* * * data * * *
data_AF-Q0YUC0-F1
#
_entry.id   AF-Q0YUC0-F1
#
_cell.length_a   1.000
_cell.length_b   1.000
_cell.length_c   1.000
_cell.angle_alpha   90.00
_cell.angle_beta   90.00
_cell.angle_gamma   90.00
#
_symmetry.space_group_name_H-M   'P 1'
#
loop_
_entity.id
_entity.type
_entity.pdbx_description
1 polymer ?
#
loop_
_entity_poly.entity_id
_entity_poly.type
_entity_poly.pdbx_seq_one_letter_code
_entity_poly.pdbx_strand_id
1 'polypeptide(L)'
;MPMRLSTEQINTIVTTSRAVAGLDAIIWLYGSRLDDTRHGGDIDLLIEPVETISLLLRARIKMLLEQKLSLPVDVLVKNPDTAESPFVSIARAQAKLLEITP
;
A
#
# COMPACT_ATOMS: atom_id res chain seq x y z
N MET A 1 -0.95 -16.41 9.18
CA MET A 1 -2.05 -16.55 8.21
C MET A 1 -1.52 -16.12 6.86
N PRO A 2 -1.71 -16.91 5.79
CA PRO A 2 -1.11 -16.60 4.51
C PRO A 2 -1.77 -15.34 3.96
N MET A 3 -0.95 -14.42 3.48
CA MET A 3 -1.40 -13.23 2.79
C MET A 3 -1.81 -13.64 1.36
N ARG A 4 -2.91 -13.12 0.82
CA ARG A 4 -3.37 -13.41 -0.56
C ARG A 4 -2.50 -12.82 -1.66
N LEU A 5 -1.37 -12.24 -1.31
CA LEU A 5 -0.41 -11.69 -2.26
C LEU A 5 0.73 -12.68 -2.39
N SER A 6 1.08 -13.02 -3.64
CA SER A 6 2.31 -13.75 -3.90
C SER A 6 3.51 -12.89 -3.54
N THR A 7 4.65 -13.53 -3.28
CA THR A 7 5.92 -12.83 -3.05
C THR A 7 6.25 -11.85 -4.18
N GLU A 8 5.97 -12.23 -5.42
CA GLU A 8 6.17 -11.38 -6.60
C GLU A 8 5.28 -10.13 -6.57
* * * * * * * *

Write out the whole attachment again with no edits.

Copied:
data_AF-Q0YUC0-F1
#
_entry.id   AF-Q0YUC0-F1
#
_cell.length_a   1.000
_cell.length_b   1.000
_cell.length_c   1.000
_cell.angle_alpha   90.00
_cell.angle_beta   90.00
_cell.angle_gamma   90.00
#
_symmetry.space_group_name_H-M   'P 1'
#
loop_
_entity.id
_entity.type
_entity.pdbx_description
1 polymer ?
#
loop_
_entity_poly.entity_id
_entity_poly.type
_entity_poly.pdbx_seq_one_letter_code
_entity_poly.pdbx_strand_id
1 'polypeptide(L)'
;MPMRLSTEQINTIVTTSRAVAGLDAIIWLYGSRLDDTRHGGDIDLLIEPVETISLLLRARIKMLLEQKLSLPVDVLVKNPDTAESPFVSIARAQAKLLEITP
;
A
#
# COMPACT_ATOMS: atom_id res chain seq x y z
N MET A 1 -0.95 -16.41 9.18
CA MET A 1 -2.05 -16.55 8.21
C MET A 1 -1.52 -16.12 6.86
N PRO A 2 -1.71 -16.91 5.79
CA PRO A 2 -1.11 -16.60 4.51
C PRO A 2 -1.77 -15.34 3.96
N MET A 3 -0.95 -14.42 3.48
CA MET A 3 -1.40 -13.23 2.79
C MET A 3 -1.81 -13.64 1.36
N ARG A 4 -2.91 -13.12 0.82
CA ARG A 4 -3.37 -13.41 -0.56
C ARG A 4 -2.50 -12.82 -1.66
N LEU A 5 -1.37 -12.24 -1.31
CA LEU A 5 -0.41 -11.69 -2.26
C LEU A 5 0.73 -12.68 -2.39
N SER A 6 1.08 -13.02 -3.64
CA SER A 6 2.31 -13.75 -3.90
C SER A 6 3.51 -12.89 -3.54
N THR A 7 4.65 -13.53 -3.28
CA THR A 7 5.92 -12.83 -3.05
C THR A 7 6.25 -11.85 -4.18
N GLU A 8 5.97 -12.23 -5.42
CA GLU A 8 6.17 -11.38 -6.60
C GLU A 8 5.28 -10.13 -6.57